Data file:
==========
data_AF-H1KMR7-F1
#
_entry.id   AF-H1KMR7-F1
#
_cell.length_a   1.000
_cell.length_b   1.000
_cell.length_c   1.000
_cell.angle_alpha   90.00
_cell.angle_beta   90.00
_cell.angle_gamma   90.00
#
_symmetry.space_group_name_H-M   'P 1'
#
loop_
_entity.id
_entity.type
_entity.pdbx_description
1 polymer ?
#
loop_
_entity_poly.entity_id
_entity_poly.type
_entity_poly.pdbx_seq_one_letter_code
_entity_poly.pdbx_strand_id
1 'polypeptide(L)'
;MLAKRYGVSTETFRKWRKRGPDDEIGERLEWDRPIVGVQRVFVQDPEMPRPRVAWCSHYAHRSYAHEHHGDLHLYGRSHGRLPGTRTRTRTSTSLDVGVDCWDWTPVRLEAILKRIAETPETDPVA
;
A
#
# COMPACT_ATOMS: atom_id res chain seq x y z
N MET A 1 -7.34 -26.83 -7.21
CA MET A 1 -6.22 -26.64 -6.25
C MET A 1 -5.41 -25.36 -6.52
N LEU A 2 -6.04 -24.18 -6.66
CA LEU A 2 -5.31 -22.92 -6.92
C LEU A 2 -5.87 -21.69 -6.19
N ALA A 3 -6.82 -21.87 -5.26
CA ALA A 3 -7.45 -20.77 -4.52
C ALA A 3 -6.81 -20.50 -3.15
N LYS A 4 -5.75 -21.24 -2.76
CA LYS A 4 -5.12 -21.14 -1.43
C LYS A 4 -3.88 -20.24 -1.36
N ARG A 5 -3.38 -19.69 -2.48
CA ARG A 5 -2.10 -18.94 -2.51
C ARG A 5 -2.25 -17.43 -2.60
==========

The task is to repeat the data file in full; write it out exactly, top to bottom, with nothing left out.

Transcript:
data_AF-H1KMR7-F1
#
_entry.id   AF-H1KMR7-F1
#
_cell.length_a   1.000
_cell.length_b   1.000
_cell.length_c   1.000
_cell.angle_alpha   90.00
_cell.angle_beta   90.00
_cell.angle_gamma   90.00
#
_symmetry.space_group_name_H-M   'P 1'
#
loop_
_entity.id
_entity.type
_entity.pdbx_description
1 polymer ?
#
loop_
_entity_poly.entity_id
_entity_poly.type
_entity_poly.pdbx_seq_one_letter_code
_entity_poly.pdbx_strand_id
1 'polypeptide(L)'
;MLAKRYGVSTETFRKWRKRGPDDEIGERLEWDRPIVGVQRVFVQDPEMPRPRVAWCSHYAHRSYAHEHHGDLHLYGRSHGRLPGTRTRTRTSTSLDVGVDCWDWTPVRLEAILKRIAETPETDPVA
;
A
#
# COMPACT_ATOMS: atom_id res chain seq x y z
N MET A 1 -7.34 -26.83 -7.21
CA MET A 1 -6.22 -26.64 -6.25
C MET A 1 -5.41 -25.36 -6.52
N LEU A 2 -6.04 -24.18 -6.66
CA LEU A 2 -5.31 -22.92 -6.92
C LEU A 2 -5.87 -21.69 -6.19
N ALA A 3 -6.82 -21.87 -5.26
CA ALA A 3 -7.45 -20.77 -4.52
C ALA A 3 -6.81 -20.50 -3.15
N LYS A 4 -5.75 -21.24 -2.76
CA LYS A 4 -5.12 -21.14 -1.43
C LYS A 4 -3.88 -20.24 -1.36
N ARG A 5 -3.38 -19.69 -2.48
CA ARG A 5 -2.10 -18.94 -2.51
C ARG A 5 -2.25 -17.43 -2.60